Repeat these observations on days with different, but wet weather or other precipitation events. Take a look. What do sleet, hail, or snow look like or what are they made of? (Sleet and hail originated as water droplets as well. Snowflakes or snow crystals are from water vapor.) For more information on snow crystals see a recent post http://guidingcuriosity.com/frozen-water-vapor-snow-crystals/). Where does snow, sleet or hail come from? (Clouds). When you are standing in a fog on a foggy day, you are literally standing in a cloud that just happens to be at ground level.
Is there a pattern emerging…water from clouds?
Don’t forget about the role of gravity in this process!
Water Cycle Step 1: Water in the atmosphere reaches earth by precipitating.
Once rain, sleet, hail, or snow hit the ground, what happens or where does it go? Snow just sits there for a while so may be less interesting initially, but as it begins to melt, make an observation on where the melting run off goes. It should be easier to track rain. Look for flowing water as well as standing water or puddles. What is happening or what is going on?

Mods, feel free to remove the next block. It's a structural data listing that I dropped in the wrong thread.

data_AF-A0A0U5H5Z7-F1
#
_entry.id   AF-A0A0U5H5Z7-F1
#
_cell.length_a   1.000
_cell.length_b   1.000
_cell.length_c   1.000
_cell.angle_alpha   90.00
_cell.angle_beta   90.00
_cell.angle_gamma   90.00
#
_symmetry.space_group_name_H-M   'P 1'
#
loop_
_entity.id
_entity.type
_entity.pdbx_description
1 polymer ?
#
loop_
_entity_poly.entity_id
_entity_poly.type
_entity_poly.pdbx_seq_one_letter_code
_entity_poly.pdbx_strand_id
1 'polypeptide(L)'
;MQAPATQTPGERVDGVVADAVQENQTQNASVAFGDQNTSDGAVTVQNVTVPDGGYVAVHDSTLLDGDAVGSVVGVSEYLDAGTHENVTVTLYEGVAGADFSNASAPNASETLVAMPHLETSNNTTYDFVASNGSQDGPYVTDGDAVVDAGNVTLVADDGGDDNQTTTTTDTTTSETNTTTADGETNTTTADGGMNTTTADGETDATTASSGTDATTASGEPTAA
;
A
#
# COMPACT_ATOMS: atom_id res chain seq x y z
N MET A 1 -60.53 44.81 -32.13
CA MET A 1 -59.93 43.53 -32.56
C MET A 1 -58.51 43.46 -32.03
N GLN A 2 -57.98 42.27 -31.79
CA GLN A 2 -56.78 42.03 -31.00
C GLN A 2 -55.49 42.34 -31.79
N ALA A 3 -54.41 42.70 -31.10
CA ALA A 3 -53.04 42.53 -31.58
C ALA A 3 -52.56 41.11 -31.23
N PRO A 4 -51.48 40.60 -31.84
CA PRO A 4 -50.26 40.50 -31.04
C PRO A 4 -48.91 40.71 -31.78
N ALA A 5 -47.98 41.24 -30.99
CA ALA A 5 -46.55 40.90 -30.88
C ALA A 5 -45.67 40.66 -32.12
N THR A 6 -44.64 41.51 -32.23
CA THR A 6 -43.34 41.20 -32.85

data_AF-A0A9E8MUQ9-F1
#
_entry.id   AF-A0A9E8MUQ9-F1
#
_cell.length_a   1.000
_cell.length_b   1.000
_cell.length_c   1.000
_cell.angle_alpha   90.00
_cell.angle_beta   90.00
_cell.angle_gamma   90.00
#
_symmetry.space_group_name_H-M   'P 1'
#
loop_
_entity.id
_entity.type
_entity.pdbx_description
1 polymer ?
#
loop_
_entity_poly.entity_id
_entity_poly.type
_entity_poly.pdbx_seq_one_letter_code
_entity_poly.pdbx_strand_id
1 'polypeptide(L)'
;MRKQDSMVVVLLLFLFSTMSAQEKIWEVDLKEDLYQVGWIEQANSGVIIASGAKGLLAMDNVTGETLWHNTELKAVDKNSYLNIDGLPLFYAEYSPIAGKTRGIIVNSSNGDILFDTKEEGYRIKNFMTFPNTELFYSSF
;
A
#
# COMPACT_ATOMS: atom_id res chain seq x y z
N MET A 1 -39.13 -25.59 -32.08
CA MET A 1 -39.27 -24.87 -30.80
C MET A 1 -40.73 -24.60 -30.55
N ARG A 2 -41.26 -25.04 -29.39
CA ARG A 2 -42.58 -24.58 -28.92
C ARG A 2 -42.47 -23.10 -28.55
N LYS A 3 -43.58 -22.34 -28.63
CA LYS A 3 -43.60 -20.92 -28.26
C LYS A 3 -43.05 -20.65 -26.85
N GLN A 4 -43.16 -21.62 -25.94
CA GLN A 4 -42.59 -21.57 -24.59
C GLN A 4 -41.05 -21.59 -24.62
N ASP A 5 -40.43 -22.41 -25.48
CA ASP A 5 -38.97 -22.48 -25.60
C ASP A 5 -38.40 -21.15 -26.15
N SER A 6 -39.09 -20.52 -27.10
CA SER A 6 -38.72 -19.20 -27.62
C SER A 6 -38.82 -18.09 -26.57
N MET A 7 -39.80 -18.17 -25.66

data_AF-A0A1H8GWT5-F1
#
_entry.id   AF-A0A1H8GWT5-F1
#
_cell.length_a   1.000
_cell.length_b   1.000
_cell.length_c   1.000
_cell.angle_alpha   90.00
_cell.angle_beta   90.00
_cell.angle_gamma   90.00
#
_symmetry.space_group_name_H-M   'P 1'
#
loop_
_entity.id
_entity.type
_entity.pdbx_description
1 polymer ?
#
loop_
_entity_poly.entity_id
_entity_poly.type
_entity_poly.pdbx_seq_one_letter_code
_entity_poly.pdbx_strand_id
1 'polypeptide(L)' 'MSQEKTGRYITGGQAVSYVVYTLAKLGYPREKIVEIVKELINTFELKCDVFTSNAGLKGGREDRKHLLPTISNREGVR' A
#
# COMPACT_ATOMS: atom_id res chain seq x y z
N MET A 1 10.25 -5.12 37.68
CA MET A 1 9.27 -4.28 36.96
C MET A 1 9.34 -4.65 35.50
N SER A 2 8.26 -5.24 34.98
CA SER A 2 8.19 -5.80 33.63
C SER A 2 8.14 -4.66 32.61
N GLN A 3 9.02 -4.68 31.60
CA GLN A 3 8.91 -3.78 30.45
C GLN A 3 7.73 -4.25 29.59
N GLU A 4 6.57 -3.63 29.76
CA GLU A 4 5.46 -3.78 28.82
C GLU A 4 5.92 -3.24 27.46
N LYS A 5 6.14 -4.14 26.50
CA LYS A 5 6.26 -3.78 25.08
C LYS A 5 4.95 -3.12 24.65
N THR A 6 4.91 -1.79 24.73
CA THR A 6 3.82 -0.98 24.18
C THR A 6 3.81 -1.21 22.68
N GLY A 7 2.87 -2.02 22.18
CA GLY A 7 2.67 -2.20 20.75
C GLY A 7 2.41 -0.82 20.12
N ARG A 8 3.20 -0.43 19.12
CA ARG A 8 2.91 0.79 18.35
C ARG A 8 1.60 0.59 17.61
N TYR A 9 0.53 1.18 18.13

For many of you living in urban and suburban areas, the answer to this question is that the melting snow, rain, sleet or hail flows down sidewalks and streets and into the drainage grates. This is the beginning in observing or thinking about where the water goes. But once it flows through the grate, where does it go next? You may not be able to make an actual observation to answer this question. But ask and see what your child is thinking about. Introduce the notion of all of the infrastructure underground, engineered to take the water away and into underground storage or emptied back out into a river (after treatment). Great engineering lessons here!
Here is a good explanation based on what happens in the Cleveland Ohio area, but I think you could talk it through based on where you live.
If you live near an urban stream, perhaps you can find water running into the stream.
For children in more rural areas, they are more likely to experience the drainage of water into gullies, streams, and rivers.
Does all of the water flow off the surface? Flowing water is more interesting to watch than water seeping into the ground, but this is what happens to most of the water. The water that flows cannot be absorbed because of the concrete/asphalt, the type of soil or the fact that the ground is already completely saturated. While not as exciting, you can still talk about what it looks like or what is happening if the water gets absorbed?